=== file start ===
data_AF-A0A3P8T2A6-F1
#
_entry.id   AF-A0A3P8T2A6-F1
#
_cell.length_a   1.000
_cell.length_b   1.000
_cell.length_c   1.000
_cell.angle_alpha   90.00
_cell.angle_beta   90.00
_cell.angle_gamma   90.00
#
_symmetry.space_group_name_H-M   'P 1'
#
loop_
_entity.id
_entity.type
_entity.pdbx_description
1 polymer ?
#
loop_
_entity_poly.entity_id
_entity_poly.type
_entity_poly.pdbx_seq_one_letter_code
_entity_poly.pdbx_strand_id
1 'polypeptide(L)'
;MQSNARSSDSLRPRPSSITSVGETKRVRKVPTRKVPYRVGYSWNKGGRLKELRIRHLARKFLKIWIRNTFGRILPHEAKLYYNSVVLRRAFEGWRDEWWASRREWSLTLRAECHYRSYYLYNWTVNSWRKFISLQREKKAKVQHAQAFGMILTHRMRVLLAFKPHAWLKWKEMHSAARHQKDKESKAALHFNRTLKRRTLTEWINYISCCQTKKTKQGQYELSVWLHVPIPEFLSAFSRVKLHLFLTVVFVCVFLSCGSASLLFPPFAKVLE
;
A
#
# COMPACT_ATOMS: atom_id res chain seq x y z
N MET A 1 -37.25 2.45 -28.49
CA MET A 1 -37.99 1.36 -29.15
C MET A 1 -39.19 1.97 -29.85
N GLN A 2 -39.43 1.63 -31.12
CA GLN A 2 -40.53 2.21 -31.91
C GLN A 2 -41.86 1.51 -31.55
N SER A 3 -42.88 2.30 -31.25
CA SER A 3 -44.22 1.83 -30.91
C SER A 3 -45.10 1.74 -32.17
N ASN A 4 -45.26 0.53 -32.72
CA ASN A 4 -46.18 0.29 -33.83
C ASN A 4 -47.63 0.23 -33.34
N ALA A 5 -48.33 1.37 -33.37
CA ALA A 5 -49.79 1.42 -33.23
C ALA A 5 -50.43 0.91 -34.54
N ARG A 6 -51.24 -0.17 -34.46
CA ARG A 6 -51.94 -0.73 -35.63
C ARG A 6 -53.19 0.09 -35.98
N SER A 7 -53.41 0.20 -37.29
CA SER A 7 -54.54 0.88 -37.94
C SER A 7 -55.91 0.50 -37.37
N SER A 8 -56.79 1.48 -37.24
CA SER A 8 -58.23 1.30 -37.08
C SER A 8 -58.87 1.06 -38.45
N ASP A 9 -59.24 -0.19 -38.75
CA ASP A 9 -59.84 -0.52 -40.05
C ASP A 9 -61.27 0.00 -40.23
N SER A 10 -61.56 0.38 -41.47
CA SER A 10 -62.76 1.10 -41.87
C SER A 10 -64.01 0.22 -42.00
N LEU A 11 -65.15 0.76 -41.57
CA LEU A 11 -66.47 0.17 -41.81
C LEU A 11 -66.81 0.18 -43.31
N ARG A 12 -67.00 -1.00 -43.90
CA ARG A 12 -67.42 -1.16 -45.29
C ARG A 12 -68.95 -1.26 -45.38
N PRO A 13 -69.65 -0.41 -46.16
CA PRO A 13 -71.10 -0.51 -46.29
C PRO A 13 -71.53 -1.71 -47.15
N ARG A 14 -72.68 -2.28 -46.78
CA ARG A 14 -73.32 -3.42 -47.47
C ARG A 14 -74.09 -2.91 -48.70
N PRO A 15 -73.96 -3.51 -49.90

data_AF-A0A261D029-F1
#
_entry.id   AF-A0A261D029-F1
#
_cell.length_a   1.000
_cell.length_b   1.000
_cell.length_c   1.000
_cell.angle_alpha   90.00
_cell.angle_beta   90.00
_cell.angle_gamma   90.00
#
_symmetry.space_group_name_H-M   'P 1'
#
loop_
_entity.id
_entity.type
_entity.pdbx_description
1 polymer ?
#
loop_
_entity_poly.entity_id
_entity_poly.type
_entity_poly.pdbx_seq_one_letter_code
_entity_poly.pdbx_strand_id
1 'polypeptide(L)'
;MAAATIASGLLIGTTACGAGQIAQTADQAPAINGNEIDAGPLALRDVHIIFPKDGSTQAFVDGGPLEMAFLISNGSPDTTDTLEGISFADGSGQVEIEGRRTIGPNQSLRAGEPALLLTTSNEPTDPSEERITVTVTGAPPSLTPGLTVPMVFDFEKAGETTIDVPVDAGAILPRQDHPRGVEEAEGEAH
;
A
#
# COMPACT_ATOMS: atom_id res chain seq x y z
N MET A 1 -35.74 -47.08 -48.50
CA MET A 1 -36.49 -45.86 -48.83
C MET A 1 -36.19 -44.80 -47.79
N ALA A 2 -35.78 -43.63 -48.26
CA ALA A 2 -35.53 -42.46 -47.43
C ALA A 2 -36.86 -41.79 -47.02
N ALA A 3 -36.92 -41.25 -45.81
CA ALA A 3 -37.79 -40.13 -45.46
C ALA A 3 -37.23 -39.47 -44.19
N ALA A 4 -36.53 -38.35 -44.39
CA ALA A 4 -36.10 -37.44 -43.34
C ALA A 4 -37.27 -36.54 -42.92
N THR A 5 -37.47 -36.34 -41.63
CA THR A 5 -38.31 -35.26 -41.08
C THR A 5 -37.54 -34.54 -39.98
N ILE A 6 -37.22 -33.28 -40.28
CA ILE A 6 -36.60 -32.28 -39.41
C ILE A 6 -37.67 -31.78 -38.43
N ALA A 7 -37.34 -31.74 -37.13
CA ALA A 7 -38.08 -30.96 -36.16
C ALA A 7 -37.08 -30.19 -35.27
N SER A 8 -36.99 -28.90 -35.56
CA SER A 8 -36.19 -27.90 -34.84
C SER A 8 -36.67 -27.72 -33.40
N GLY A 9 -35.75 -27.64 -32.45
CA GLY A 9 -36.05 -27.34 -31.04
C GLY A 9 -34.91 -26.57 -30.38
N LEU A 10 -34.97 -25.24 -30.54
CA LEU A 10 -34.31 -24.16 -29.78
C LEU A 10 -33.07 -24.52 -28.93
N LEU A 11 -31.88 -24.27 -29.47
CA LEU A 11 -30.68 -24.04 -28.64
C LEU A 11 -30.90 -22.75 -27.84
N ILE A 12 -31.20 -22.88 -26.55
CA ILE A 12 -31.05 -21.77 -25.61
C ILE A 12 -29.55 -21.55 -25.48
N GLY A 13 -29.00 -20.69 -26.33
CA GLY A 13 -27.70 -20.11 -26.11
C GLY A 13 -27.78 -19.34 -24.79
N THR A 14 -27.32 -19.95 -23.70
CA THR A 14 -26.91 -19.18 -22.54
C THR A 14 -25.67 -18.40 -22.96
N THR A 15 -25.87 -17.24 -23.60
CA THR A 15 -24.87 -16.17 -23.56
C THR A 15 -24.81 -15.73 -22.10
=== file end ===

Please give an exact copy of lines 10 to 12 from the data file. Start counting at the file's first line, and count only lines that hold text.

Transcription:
_cell.angle_gamma   90.00
#
_symmetry.space_group_name_H-M   'P 1'